King Calls for Ban on Use of Land Mines

ang snuol district, Kandal prov­ince – King Norodom Siha­moni on Wednesday vowed to continue support for land mine victims and appealed for a ban on the use and production of land mines of all kinds.

Speaking at the launch of the 2004 Landmine Monitor Report, King Sihamoni spoke of the devastation caused by land mines left scattered throughout the country by decades of warfare.

“The Cambodian people have faced those mines and they will continue to face them for many years in the future,” he said. “We, all together, will ban land mines and help victims [of] land mines.”

Cambodia—one of the worst land mine and unexploded ordnance affected countries in the world—spends about $20 million annually on mine clearance ef­forts, ac­cording to the report prepared by the Cambodia Cam­paign to Ban Landmines.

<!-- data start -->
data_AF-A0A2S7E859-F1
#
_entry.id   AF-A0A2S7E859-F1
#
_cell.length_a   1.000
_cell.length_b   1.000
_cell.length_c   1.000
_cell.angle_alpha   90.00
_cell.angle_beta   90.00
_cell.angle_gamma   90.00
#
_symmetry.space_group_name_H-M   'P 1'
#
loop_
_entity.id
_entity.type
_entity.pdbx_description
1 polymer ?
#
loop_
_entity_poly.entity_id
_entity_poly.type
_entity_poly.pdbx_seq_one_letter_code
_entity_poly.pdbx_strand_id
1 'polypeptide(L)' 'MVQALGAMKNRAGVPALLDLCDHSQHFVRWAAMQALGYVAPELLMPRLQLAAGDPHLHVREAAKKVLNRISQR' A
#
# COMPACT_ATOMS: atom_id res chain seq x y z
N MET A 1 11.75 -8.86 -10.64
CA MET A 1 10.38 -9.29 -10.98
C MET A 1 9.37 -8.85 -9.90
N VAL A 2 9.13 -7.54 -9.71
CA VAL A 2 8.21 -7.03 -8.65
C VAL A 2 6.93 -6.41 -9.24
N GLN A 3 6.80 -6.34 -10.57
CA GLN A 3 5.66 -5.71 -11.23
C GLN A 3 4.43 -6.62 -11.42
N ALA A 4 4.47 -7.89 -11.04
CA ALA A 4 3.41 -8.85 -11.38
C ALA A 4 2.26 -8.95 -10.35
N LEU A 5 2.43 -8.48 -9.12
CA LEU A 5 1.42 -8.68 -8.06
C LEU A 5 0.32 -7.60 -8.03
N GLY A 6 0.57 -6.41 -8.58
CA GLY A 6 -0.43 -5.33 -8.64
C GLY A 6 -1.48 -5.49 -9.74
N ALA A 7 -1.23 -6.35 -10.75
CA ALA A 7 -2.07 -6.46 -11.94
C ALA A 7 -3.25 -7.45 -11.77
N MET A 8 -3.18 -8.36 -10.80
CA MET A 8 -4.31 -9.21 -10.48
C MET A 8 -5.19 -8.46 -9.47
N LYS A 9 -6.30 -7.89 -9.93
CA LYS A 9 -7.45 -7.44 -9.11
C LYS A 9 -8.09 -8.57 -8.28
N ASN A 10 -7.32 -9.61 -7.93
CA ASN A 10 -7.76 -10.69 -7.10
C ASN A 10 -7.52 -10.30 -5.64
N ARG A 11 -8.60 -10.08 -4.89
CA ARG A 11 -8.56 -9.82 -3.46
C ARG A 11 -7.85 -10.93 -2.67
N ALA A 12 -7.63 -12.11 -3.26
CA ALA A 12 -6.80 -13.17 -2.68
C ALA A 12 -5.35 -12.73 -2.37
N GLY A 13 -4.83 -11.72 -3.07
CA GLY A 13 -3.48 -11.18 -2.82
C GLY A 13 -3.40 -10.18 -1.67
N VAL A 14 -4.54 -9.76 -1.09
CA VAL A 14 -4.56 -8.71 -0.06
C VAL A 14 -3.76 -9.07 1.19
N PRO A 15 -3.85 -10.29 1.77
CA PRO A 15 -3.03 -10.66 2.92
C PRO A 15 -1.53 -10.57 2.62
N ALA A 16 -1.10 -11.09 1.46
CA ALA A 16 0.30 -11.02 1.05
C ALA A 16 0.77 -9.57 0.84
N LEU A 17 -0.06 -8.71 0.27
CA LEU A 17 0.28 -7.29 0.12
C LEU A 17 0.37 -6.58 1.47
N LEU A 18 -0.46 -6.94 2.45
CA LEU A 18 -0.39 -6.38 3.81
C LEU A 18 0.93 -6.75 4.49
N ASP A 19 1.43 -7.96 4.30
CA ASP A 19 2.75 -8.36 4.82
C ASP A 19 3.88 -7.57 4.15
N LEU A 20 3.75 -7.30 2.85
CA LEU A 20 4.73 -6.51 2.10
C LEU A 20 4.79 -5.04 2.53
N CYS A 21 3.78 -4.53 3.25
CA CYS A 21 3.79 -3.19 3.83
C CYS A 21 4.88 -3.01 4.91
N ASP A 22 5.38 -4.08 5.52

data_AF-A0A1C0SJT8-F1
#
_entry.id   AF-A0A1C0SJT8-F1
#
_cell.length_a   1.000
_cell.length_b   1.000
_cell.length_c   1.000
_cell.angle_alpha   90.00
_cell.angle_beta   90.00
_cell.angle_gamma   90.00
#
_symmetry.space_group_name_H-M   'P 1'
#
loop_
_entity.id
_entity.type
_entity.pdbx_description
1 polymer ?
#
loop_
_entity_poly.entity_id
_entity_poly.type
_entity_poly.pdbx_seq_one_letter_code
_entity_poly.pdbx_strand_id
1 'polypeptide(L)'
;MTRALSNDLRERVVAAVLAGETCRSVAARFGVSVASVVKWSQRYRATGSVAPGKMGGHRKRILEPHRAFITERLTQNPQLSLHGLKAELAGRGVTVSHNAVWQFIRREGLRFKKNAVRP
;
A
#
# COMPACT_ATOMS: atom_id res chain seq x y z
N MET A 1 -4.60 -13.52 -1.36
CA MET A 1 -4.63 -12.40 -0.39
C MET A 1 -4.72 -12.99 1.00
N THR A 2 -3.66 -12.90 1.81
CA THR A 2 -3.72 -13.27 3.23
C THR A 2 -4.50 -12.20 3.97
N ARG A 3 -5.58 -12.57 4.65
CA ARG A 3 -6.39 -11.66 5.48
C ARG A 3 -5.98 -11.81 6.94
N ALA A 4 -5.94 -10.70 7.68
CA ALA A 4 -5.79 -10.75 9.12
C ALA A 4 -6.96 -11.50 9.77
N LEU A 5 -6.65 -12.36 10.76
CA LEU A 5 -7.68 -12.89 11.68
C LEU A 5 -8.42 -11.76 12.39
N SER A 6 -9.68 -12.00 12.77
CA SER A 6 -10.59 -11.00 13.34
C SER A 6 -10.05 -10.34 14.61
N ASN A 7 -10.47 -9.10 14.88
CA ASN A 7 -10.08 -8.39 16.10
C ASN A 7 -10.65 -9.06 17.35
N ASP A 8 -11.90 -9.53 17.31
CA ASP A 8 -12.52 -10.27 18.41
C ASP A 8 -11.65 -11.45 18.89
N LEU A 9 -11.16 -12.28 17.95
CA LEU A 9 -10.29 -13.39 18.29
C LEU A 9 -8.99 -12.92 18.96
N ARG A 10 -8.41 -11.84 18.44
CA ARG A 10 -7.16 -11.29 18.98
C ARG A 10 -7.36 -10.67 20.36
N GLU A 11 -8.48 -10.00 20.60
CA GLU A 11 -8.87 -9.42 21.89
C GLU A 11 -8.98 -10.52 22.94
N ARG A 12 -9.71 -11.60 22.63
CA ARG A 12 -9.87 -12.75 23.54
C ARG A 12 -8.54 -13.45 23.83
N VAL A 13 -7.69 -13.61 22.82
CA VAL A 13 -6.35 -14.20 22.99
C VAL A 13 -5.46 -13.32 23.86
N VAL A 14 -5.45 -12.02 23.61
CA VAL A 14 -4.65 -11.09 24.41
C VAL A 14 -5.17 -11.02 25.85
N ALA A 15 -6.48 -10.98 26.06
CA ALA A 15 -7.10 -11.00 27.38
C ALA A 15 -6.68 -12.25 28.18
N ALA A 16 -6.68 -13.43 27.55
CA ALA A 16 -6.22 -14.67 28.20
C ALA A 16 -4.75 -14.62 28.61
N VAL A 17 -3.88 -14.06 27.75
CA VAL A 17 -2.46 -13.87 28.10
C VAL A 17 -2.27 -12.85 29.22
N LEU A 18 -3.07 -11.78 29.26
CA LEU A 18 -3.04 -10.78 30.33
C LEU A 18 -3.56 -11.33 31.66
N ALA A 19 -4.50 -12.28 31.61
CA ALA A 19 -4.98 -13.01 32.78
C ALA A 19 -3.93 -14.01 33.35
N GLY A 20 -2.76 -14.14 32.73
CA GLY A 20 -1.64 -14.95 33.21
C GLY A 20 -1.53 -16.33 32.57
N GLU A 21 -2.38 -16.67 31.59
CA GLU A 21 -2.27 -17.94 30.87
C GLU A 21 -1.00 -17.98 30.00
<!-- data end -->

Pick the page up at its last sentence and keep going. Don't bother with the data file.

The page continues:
In 2003, 41.7 million square meters of land were cleared of mines here, about 20 percent more than were cleared in 2002, the report said. In 2003, 772 mine and unexploded ordnance casualties were reported, including 115 deaths. But showing the “first up­trend in many years,” there were 671 casualties in the first eight months this year, the report said.

The provinces of Battambang, Banteay Meanchey, Oddar Mean­­­chey and Pailin remain most affected by mines and unexploded ordnance, it said.

Khem Sophoan, director general of the Cambodian Mine Action Center, said Wednesday he hoped that the King’s ap­peal will elicit more international support to clear land mines in the country.

“The King’s declaration is a message to the world,” he said. “I hope those countries will stop producing land mines, gradually.”

At Wednesday’s ceremony held at the Jesuit Services’ Place of the Dove, a training center for the disabled, King Sihamoni was greeted by about 200 land mine and unexploded ordnance victims.

He delivered $5,000 to Jesuit Services, donated by retired King Norodom Sihanouk to support anti-land mine activities.





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